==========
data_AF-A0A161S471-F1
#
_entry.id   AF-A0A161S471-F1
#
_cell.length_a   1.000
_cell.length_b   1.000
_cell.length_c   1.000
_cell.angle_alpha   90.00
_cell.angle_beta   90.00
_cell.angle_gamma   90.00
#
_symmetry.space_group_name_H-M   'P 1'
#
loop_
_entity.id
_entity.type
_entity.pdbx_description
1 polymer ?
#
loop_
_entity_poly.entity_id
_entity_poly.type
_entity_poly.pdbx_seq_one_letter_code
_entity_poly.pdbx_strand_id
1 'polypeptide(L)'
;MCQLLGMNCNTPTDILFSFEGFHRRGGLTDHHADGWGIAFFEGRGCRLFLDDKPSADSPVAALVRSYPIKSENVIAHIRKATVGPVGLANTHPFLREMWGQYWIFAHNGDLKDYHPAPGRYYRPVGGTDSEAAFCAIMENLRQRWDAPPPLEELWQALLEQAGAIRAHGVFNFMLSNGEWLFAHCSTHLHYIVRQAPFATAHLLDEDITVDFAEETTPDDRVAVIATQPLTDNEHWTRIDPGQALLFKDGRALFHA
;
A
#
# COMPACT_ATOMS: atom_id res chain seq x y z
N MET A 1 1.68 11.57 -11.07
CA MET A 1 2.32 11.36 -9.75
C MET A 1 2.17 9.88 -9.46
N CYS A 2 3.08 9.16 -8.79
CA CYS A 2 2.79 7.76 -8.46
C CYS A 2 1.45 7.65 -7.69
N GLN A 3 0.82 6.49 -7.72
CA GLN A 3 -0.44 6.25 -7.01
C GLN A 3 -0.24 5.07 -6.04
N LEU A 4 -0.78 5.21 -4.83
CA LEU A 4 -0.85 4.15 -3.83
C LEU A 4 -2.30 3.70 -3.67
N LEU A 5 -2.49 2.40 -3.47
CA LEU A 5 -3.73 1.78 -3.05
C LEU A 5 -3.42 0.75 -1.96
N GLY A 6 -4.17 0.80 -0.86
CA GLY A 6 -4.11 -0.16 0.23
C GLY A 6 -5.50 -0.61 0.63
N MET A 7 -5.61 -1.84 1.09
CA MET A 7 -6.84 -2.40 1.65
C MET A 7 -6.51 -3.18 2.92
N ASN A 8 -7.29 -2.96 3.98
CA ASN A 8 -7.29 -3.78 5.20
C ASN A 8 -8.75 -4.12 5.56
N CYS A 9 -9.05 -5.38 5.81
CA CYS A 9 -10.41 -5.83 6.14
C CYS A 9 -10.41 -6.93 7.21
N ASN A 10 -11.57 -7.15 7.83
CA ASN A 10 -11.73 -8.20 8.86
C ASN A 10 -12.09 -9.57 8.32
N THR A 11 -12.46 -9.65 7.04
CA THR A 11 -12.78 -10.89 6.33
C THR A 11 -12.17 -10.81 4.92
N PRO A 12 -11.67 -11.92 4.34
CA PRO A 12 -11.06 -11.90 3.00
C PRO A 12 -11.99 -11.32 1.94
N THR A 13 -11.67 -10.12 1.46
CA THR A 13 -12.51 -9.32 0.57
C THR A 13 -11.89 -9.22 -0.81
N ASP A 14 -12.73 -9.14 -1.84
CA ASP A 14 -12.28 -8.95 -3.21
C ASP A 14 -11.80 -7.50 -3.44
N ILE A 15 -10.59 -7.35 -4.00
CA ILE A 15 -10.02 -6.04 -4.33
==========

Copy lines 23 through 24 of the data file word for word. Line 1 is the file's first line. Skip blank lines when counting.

_entity_poly.pdbx_seq_one_letter_code
_entity_poly.pdbx_strand_id